Edmonds-Woodway graduation: Be there for one another
Last updated 6/21/2018 at Noon
Friends, family and teachers honored more than 350 students from the Edmond-Woodway High School senior class of 2018 as they lined up in their caps and gowns and received their diplomas Saturday, June 16, at Edmonds Stadium.
Principal Terrance Mims welcomed students and guests, speaking of the possibilities that awaited the graduates.
He noted that some may continue with college and universities, others may choose a trade school, others may enter the workforce, and still others may choose to take time off and decide later what to do.
Senior class president Nick Olson drew contrasts from life in 1938 to 2018. In 1938, America was just a few years from entering World War II, and the rights of women were limited.
Faculty speaker and Edmonds-Woodway Vice-Principal Geoff Bennett gave an overview of his career in education that spans decades. In his earlier years, he wasn’t sure if education was right for him, he said.
He considered going back to school to study journalism or law. But he got a teaching job, and now this year marks his last as an educator as he retires from E-W.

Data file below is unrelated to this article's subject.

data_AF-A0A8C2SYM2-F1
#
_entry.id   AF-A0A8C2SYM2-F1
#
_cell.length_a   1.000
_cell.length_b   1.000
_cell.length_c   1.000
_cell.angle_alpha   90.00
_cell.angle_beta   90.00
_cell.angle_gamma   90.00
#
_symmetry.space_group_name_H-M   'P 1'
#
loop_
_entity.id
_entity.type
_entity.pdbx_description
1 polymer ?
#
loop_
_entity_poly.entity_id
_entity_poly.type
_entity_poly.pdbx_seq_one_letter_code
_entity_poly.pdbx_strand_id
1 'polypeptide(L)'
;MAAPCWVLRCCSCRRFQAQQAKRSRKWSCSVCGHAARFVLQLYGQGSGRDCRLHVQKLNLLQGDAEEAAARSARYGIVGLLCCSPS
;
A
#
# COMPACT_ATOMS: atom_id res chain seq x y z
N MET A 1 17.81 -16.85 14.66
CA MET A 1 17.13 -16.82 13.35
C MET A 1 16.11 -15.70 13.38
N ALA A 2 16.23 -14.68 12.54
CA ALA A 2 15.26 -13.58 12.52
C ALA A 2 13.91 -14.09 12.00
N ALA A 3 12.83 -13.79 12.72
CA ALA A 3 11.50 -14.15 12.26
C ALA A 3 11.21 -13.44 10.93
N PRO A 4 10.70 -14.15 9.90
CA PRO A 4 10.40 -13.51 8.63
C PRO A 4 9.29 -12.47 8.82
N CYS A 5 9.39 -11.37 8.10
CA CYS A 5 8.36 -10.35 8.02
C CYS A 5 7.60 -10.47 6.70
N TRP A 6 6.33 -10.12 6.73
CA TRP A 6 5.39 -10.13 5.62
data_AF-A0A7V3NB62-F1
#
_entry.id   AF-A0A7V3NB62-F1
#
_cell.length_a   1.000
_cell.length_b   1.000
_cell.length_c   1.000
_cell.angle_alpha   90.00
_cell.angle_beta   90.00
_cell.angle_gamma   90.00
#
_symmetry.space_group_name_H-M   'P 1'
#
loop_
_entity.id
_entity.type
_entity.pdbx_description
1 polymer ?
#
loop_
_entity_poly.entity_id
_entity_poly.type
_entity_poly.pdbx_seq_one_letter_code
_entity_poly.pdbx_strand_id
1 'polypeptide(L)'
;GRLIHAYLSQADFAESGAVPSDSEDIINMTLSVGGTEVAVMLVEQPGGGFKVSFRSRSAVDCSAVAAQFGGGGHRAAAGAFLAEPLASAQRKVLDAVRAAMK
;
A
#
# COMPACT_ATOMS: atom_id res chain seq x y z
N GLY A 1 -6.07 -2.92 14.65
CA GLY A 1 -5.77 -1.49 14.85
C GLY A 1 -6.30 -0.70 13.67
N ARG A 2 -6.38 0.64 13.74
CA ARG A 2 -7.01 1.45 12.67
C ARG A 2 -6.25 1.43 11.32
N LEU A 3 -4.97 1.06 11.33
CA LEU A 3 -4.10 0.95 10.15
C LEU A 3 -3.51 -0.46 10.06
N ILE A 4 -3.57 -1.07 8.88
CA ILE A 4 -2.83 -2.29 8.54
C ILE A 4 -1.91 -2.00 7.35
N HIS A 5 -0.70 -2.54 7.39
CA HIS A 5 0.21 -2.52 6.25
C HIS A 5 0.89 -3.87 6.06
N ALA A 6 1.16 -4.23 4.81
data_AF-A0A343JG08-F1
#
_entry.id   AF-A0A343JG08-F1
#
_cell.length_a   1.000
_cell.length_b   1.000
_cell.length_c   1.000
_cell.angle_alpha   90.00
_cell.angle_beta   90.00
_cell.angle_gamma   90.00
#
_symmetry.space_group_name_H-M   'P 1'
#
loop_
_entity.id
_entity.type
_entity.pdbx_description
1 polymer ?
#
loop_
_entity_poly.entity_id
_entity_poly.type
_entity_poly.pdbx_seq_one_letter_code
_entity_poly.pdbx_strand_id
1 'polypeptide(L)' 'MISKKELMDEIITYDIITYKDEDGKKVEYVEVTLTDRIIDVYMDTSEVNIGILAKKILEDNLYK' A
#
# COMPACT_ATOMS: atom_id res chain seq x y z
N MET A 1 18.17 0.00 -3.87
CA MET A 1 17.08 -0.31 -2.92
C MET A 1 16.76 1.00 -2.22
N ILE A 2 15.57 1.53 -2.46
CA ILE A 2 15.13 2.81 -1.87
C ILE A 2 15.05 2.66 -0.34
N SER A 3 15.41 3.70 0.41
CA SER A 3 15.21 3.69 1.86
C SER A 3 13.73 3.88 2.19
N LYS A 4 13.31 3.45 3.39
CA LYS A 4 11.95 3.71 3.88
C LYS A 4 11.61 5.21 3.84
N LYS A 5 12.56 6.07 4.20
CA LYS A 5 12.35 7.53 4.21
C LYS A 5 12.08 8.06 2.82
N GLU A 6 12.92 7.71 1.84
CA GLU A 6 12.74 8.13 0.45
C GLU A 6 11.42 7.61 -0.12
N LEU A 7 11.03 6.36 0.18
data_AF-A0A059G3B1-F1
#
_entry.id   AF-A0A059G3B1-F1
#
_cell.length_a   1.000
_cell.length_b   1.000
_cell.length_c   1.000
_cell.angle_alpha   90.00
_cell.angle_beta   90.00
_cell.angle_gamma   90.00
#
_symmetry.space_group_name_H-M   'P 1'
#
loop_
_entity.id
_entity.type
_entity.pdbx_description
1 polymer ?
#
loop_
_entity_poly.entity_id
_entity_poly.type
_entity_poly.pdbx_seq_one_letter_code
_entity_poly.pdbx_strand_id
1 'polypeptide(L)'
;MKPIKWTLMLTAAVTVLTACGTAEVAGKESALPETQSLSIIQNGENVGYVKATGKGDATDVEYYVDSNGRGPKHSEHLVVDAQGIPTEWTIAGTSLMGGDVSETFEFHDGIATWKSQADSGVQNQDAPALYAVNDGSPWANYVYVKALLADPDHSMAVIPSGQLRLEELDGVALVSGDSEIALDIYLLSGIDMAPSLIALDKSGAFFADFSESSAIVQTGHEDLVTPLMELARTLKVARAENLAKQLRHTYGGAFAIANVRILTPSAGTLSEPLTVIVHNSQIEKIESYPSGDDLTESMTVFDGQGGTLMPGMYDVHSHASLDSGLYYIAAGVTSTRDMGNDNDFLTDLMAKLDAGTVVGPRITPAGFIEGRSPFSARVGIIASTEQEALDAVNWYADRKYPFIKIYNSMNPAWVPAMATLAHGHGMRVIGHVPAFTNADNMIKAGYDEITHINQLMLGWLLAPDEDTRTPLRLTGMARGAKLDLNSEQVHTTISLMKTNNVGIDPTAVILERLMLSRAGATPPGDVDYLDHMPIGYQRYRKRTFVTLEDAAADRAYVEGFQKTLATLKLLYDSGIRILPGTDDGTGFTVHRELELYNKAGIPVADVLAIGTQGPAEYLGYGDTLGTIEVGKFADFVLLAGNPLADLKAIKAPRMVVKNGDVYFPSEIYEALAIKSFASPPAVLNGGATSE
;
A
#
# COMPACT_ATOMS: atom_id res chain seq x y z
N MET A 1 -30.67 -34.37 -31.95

Bennett spoke of the traits that successful people share: honesty, hard work, and making the most out of every situation in life. He also spoke of courage.
“‘Courage is the first of human qualities, because it is the quality that guarantees all the others,’” Bennett said, quoting Winston Churchill. After his speech, Mims announced that the school’s clock tower would be named Bennett Tower in his honor.
The music students then performed an a capella presentation of the Beatles’ “In My Life.” There were various solos and good synchronization among the talented performers.
Student speaker Betty Abraham gave a particularly passionate and emotional speech to her classmates. She believed that people ought to be there for one another, no matter their differences.
She also gave a brief account of her parents’ migration to America from Ethiopia. Upon arriving, they both worked while raising three kids. She became particularly emotional when speaking about her grandmother, who still lives in Ethiopia.
Abraham ended her speech by saying that walls weren’t built to keep her parents out of the country. “They took a plane,” she said.
Before receiving their diplomas, graduates received special recognition and applause for attaining high grade-point averages. They were awarded their diplomas by Mims and Edmonds School District Superintendent Kristine McDuffy.
After the students received their diplomas, students sang the E-W school school song before the changing of tassels.
Graduates were honored with a reception in the Edmonds-Woodway Great Hall.